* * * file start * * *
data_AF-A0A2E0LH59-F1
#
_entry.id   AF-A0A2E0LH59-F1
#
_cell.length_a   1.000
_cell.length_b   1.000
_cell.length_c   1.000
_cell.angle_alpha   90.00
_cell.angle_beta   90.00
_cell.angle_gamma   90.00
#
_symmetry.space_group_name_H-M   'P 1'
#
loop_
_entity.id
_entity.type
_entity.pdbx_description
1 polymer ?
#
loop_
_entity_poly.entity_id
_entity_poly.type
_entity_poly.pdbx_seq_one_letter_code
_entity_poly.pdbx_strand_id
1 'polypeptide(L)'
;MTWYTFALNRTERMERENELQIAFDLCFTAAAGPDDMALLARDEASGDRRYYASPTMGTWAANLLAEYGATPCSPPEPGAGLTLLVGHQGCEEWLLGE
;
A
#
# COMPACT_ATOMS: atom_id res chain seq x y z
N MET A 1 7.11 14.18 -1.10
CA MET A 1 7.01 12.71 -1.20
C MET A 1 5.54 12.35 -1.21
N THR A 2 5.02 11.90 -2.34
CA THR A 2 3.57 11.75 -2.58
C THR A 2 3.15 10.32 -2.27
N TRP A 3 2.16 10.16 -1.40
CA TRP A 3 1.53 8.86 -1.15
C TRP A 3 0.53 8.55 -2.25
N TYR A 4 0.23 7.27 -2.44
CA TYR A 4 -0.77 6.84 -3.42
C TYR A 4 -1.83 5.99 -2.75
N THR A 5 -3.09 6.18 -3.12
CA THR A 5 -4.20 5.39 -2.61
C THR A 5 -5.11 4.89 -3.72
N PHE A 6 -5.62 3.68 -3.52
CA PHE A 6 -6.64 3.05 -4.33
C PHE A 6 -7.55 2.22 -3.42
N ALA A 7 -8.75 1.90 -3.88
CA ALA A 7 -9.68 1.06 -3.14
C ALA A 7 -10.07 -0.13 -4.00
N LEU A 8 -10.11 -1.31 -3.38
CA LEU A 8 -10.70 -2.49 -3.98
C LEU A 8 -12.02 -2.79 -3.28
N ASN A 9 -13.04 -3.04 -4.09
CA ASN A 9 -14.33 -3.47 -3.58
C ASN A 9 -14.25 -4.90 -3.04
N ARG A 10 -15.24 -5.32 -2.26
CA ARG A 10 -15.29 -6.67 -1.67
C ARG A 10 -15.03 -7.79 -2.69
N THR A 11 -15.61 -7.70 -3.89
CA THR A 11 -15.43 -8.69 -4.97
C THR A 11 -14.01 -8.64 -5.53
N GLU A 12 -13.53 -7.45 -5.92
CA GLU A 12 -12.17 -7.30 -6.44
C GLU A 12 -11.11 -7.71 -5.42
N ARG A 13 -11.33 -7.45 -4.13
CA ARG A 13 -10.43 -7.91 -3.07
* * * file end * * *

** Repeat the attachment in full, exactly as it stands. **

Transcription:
data_AF-A0A2E0LH59-F1
#
_entry.id   AF-A0A2E0LH59-F1
#
_cell.length_a   1.000
_cell.length_b   1.000
_cell.length_c   1.000
_cell.angle_alpha   90.00
_cell.angle_beta   90.00
_cell.angle_gamma   90.00
#
_symmetry.space_group_name_H-M   'P 1'
#
loop_
_entity.id
_entity.type
_entity.pdbx_description
1 polymer ?
#
loop_
_entity_poly.entity_id
_entity_poly.type
_entity_poly.pdbx_seq_one_letter_code
_entity_poly.pdbx_strand_id
1 'polypeptide(L)'
;MTWYTFALNRTERMERENELQIAFDLCFTAAAGPDDMALLARDEASGDRRYYASPTMGTWAANLLAEYGATPCSPPEPGAGLTLLVGHQGCEEWLLGE
;
A
#
# COMPACT_ATOMS: atom_id res chain seq x y z
N MET A 1 7.11 14.18 -1.10
CA MET A 1 7.01 12.71 -1.20
C MET A 1 5.54 12.35 -1.21
N THR A 2 5.02 11.90 -2.34
CA THR A 2 3.57 11.75 -2.58
C THR A 2 3.15 10.32 -2.27
N TRP A 3 2.16 10.16 -1.40
CA TRP A 3 1.53 8.86 -1.15
C TRP A 3 0.53 8.55 -2.25
N TYR A 4 0.23 7.27 -2.44
CA TYR A 4 -0.77 6.84 -3.42
C TYR A 4 -1.83 5.99 -2.75
N THR A 5 -3.09 6.18 -3.12
CA THR A 5 -4.20 5.39 -2.61
C THR A 5 -5.11 4.89 -3.72
N PHE A 6 -5.62 3.68 -3.52
CA PHE A 6 -6.64 3.05 -4.33
C PHE A 6 -7.55 2.22 -3.42
N ALA A 7 -8.75 1.90 -3.88
CA ALA A 7 -9.68 1.06 -3.14
C ALA A 7 -10.07 -0.13 -4.00
N LEU A 8 -10.11 -1.31 -3.38
CA LEU A 8 -10.70 -2.49 -3.98
C LEU A 8 -12.02 -2.79 -3.28
N ASN A 9 -13.04 -3.04 -4.09
CA ASN A 9 -14.33 -3.47 -3.58
C ASN A 9 -14.25 -4.90 -3.04
N ARG A 10 -15.24 -5.32 -2.26
CA ARG A 10 -15.29 -6.67 -1.67
C ARG A 10 -15.03 -7.79 -2.69
N THR A 11 -15.61 -7.70 -3.89
CA THR A 11 -15.43 -8.69 -4.97
C THR A 11 -14.01 -8.64 -5.53
N GLU A 12 -13.53 -7.45 -5.92
CA GLU A 12 -12.17 -7.30 -6.44
C GLU A 12 -11.11 -7.71 -5.42
N ARG A 13 -11.33 -7.45 -4.13
CA ARG A 13 -10.43 -7.91 -3.07